Reading Many Variables in One Atomic Operation: Solutions with Linear or Sublinear Complexity

Lefteris M. Kirousis, Paul Spirakis, Philippas Tsigas

Research output: Contribution to journalArticlepeer-review


We address the problem of reading several variables (components) X1…., Xc, all in one atomic operation, by only one process, called the reader, while each of these variables are being written by a set of writers. All operations (i.e., both reads and writes) are assumed to be totally asynchronous and wait-free. For this problem, only algorithms that require at best quadratic time and space complexity can be derived from the existing literature. (The time complexity of a construction is the number of suboperations of a high-level operation and its space complexity is the number of atomic shared variables it needs.) In this paper, we provide a deterministic protocol that has linear (in the number of processes) space complexity, linear time complexity for a read operation, and constant time complexity for a write. Our solution does not make use of time-stamps. Rather, it is the memory location where a write writes that differentiates it from the other writes. Also, introducing randomness in the location where the reader gets the value that it returns, we get a conceptually very simple probabilistic algorithm. This algorithm has an overwhelmingly small, controllable probability of error. Its space complexity, and also the time complexity of a read operation, are sublinear. The time complexity of a write is constant. On the other hand, under the Archimedean time assumption, we get a protocol whose time and space complexity do not depend on the number of writers, but are linear in the number of components only. (The time complexity of a write operation is still constant).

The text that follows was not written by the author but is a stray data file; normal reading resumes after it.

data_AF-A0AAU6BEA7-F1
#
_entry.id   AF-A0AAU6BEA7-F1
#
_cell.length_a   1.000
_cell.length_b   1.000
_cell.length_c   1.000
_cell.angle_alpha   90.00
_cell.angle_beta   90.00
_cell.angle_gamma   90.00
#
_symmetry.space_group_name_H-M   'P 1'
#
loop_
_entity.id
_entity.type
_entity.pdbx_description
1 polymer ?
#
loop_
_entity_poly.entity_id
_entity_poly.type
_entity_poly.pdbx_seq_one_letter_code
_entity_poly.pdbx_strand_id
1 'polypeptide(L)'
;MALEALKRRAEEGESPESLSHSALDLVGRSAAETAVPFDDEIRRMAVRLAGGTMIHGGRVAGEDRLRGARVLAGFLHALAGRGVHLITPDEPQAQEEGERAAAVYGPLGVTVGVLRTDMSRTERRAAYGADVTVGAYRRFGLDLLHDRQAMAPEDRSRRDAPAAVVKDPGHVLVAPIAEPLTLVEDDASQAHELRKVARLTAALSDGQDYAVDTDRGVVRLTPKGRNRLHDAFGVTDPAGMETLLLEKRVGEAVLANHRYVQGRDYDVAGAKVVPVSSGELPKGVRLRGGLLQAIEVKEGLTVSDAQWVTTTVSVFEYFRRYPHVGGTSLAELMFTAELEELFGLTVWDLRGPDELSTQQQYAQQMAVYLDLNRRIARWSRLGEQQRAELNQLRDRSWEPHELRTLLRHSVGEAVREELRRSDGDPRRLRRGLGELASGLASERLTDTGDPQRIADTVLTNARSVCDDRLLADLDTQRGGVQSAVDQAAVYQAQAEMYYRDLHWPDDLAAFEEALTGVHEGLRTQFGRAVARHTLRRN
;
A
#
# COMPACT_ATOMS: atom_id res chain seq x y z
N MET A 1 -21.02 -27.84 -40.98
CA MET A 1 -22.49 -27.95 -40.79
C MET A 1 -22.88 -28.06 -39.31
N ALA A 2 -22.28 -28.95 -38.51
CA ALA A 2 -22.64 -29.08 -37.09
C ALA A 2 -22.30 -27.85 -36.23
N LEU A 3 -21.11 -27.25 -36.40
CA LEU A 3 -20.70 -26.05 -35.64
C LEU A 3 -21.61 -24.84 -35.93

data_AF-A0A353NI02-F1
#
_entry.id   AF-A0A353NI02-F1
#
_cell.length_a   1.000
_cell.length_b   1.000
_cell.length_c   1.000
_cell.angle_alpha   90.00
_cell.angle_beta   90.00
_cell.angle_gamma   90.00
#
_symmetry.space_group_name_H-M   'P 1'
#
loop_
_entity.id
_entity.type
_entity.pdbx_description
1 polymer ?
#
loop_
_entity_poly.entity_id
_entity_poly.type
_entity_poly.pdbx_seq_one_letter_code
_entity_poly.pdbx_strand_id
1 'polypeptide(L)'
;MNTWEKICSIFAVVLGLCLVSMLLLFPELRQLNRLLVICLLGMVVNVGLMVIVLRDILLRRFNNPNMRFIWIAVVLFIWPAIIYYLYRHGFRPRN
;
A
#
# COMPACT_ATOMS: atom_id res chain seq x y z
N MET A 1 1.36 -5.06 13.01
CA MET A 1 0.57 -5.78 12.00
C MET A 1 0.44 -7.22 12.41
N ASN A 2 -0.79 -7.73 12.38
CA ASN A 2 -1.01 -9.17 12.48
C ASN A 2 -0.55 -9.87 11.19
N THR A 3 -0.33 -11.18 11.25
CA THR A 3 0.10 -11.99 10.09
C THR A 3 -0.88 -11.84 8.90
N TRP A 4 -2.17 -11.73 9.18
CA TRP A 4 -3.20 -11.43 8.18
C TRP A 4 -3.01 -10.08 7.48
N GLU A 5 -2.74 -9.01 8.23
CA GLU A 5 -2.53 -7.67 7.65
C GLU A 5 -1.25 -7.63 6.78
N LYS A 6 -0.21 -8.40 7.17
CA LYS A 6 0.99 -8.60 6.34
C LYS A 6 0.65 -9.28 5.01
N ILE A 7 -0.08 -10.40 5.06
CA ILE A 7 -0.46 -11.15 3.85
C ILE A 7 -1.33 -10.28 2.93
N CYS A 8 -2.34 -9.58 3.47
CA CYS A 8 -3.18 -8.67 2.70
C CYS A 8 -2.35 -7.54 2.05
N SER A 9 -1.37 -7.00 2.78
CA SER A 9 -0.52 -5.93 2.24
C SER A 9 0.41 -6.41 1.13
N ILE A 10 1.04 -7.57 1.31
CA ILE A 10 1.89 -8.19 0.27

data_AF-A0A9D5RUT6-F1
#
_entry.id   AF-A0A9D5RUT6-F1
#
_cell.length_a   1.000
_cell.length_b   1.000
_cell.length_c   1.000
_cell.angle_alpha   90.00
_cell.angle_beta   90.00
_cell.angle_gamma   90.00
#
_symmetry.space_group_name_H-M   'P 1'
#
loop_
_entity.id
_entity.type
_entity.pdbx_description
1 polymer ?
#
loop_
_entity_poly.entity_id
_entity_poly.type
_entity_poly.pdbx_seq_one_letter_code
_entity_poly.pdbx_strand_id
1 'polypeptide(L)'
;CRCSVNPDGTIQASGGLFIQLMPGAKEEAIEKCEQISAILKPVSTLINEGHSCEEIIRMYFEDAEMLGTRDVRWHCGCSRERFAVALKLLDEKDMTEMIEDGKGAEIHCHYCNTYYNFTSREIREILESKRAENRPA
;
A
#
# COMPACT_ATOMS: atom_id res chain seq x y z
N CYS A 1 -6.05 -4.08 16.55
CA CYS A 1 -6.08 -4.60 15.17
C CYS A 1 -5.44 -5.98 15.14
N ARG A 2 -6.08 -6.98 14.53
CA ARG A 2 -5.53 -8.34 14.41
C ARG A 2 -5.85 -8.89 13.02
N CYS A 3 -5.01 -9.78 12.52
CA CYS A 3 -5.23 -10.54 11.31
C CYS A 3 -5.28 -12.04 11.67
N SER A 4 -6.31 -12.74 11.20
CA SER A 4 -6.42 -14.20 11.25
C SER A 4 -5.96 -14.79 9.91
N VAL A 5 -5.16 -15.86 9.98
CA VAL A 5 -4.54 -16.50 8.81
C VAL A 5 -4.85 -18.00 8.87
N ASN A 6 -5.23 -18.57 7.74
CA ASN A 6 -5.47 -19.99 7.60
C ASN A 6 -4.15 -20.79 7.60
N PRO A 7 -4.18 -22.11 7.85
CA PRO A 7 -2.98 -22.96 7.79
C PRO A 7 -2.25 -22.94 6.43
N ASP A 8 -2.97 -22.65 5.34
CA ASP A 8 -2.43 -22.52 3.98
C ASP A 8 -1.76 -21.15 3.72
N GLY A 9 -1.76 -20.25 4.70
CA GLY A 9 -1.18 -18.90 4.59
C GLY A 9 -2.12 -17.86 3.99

Original languageEnglish (US)
Pages (from-to)688-696
Number of pages9
JournalIEEE Transactions on Parallel and Distributed Systems
Issue number7
StatePublished - Jul 1994


  • Atomic asynchronous registers
  • composite registers
  • distributed algorithms
  • linearazability
  • probabilistic proto-cols
  • readers-writers problem

ASJC Scopus subject areas

  • Signal Processing
  • Hardware and Architecture
  • Computational Theory and Mathematics


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